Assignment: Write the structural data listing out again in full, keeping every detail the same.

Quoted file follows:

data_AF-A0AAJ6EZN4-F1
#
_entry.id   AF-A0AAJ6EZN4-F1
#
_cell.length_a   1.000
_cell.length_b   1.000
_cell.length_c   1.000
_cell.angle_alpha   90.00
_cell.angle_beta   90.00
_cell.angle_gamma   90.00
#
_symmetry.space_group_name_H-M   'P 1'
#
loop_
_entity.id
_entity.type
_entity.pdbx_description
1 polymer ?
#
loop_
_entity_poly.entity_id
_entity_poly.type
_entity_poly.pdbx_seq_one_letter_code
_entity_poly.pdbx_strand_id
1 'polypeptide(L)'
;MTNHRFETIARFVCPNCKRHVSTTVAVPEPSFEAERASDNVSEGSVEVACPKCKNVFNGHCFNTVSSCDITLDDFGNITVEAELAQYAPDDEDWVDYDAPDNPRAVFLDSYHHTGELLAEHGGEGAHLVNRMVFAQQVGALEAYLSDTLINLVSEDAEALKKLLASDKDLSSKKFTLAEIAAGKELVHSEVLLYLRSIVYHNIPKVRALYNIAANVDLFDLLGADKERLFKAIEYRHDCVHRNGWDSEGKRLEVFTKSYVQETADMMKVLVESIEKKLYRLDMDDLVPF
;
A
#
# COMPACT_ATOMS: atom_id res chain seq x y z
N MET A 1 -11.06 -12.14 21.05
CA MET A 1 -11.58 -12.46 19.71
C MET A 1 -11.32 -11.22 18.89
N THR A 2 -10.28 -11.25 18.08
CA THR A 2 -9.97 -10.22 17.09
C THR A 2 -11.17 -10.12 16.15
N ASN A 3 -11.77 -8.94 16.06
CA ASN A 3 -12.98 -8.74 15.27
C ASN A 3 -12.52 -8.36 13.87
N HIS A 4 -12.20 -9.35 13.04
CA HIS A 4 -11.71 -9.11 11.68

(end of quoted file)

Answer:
data_AF-A0AAJ6EZN4-F1
#
_entry.id   AF-A0AAJ6EZN4-F1
#
_cell.length_a   1.000
_cell.length_b   1.000
_cell.length_c   1.000
_cell.angle_alpha   90.00
_cell.angle_beta   90.00
_cell.angle_gamma   90.00
#
_symmetry.space_group_name_H-M   'P 1'
#
loop_
_entity.id
_entity.type
_entity.pdbx_description
1 polymer ?
#
loop_
_entity_poly.entity_id
_entity_poly.type
_entity_poly.pdbx_seq_one_letter_code
_entity_poly.pdbx_strand_id
1 'polypeptide(L)'
;MTNHRFETIARFVCPNCKRHVSTTVAVPEPSFEAERASDNVSEGSVEVACPKCKNVFNGHCFNTVSSCDITLDDFGNITVEAELAQYAPDDEDWVDYDAPDNPRAVFLDSYHHTGELLAEHGGEGAHLVNRMVFAQQVGALEAYLSDTLINLVSEDAEALKKLLASDKDLSSKKFTLAEIAAGKELVHSEVLLYLRSIVYHNIPKVRALYNIAANVDLFDLLGADKERLFKAIEYRHDCVHRNGWDSEGKRLEVFTKSYVQETADMMKVLVESIEKKLYRLDMDDLVPF
;
A
#
# COMPACT_ATOMS: atom_id res chain seq x y z
N MET A 1 -11.06 -12.14 21.05
CA MET A 1 -11.58 -12.46 19.71
C MET A 1 -11.32 -11.22 18.89
N THR A 2 -10.28 -11.25 18.08
CA THR A 2 -9.97 -10.22 17.09
C THR A 2 -11.17 -10.12 16.15
N ASN A 3 -11.77 -8.94 16.06
CA ASN A 3 -12.98 -8.74 15.27
C ASN A 3 -12.52 -8.36 13.87
N HIS A 4 -12.20 -9.35 13.04
CA HIS A 4 -11.71 -9.11 11.68